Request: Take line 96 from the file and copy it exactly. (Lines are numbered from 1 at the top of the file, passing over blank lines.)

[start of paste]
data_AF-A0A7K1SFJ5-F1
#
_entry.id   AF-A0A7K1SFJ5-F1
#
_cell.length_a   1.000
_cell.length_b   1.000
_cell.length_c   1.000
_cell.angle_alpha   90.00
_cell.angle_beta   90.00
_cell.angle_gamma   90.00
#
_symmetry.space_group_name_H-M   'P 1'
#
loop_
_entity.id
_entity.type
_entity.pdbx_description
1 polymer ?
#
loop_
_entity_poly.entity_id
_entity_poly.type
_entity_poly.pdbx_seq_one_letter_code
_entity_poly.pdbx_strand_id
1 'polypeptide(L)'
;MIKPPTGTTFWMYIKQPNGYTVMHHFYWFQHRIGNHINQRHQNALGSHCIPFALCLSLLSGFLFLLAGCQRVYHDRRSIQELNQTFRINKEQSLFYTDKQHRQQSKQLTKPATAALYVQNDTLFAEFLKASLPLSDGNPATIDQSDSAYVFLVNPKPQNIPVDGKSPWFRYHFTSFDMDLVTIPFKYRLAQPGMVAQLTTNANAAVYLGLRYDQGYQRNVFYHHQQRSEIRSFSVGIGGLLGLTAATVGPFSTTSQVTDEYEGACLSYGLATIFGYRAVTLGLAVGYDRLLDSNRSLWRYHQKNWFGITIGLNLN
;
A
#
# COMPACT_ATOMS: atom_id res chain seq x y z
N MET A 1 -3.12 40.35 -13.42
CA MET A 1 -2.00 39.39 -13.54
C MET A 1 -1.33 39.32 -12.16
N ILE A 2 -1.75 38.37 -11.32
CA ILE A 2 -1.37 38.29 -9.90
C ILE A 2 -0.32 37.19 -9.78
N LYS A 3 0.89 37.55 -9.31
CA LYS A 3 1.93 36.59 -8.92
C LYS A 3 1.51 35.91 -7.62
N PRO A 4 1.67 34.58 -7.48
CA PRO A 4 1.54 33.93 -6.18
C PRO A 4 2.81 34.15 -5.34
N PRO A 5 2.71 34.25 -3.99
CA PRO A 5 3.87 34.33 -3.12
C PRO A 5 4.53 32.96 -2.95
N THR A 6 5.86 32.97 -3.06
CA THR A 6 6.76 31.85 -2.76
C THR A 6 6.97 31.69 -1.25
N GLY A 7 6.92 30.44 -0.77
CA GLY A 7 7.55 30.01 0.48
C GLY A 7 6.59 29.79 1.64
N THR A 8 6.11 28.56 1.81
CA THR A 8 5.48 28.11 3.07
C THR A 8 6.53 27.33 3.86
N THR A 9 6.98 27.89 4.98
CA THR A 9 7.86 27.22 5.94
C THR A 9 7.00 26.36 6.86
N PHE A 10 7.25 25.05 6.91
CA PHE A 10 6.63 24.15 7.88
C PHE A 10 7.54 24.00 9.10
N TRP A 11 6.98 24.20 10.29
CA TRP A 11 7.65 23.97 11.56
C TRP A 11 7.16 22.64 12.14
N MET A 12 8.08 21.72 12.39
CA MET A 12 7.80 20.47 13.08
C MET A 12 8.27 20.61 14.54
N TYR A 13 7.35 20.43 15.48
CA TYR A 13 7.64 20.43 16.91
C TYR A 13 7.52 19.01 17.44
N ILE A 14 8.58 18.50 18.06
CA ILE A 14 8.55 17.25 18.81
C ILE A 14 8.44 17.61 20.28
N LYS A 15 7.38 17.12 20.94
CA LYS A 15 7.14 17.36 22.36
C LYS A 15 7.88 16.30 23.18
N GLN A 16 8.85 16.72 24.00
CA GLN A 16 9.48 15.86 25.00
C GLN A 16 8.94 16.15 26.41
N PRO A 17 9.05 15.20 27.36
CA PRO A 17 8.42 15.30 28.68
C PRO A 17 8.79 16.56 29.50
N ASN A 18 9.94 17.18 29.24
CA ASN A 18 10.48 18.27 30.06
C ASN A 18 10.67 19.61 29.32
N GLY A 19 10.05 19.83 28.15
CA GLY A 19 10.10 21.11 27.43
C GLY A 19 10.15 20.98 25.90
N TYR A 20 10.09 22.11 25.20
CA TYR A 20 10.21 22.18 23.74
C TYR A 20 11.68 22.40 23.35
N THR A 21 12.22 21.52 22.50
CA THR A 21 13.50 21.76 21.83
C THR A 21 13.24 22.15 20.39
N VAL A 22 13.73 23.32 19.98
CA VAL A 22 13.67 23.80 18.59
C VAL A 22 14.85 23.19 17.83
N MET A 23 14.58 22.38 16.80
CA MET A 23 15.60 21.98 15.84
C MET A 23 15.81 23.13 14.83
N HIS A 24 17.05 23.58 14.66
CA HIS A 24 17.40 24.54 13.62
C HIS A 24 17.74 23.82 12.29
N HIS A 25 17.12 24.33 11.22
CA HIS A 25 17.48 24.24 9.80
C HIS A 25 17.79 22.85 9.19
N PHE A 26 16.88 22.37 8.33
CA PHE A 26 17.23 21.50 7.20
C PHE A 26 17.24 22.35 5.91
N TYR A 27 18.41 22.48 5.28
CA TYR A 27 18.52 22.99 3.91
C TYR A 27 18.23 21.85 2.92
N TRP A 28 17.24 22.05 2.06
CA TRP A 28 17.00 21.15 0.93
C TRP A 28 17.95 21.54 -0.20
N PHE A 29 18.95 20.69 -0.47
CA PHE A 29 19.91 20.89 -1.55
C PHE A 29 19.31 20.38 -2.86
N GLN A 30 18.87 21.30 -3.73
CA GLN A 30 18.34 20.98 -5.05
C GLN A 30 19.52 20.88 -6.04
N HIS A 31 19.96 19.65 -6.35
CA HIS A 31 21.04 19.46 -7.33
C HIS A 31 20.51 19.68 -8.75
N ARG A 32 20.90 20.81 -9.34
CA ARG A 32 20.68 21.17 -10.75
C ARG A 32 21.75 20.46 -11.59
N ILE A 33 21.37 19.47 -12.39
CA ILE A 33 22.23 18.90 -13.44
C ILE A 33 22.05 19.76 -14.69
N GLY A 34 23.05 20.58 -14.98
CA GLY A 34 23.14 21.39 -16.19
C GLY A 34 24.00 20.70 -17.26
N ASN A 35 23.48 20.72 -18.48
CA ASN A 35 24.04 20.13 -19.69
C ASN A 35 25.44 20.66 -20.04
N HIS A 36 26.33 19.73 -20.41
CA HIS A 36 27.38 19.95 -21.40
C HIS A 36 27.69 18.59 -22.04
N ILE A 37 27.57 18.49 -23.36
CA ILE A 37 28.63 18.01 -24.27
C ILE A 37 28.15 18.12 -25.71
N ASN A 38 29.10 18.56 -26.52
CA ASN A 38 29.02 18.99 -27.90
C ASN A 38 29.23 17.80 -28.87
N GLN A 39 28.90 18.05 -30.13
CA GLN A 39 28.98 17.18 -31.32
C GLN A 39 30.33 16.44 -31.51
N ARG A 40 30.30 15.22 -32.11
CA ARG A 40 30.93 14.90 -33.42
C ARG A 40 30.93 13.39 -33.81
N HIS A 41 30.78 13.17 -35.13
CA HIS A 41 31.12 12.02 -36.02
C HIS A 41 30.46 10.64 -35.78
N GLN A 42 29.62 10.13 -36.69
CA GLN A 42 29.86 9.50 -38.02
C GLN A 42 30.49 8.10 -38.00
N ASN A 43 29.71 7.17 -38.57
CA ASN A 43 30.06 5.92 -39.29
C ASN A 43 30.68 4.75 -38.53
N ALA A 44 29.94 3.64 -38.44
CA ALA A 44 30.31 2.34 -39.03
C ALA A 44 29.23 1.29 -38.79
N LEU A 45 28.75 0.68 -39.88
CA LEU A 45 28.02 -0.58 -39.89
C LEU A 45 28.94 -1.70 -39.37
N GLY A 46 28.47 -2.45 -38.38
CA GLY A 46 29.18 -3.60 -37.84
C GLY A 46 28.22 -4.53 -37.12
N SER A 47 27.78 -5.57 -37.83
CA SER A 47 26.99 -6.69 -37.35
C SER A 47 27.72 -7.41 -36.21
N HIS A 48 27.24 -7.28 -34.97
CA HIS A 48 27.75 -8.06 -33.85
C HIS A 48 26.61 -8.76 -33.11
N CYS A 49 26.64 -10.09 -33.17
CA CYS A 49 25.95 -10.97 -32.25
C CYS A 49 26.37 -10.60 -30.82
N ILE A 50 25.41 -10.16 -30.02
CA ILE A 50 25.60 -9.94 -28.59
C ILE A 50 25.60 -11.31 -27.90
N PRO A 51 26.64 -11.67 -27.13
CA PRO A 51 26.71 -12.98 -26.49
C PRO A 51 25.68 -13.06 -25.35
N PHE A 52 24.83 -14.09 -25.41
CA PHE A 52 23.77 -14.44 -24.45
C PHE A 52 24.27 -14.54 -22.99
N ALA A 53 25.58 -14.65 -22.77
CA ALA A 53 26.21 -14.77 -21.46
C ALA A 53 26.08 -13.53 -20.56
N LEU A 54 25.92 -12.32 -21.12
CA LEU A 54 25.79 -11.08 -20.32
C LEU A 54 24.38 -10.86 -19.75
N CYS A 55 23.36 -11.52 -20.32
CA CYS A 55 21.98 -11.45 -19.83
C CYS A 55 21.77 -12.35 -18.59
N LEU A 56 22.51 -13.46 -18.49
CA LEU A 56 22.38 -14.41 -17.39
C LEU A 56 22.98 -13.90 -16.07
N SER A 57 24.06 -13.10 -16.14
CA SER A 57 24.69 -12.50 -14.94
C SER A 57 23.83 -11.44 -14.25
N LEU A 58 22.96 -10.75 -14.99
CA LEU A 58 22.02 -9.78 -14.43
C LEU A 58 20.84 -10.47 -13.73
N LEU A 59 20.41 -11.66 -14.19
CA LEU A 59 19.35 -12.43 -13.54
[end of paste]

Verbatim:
C VAL A 22 14.85 23.19 17.83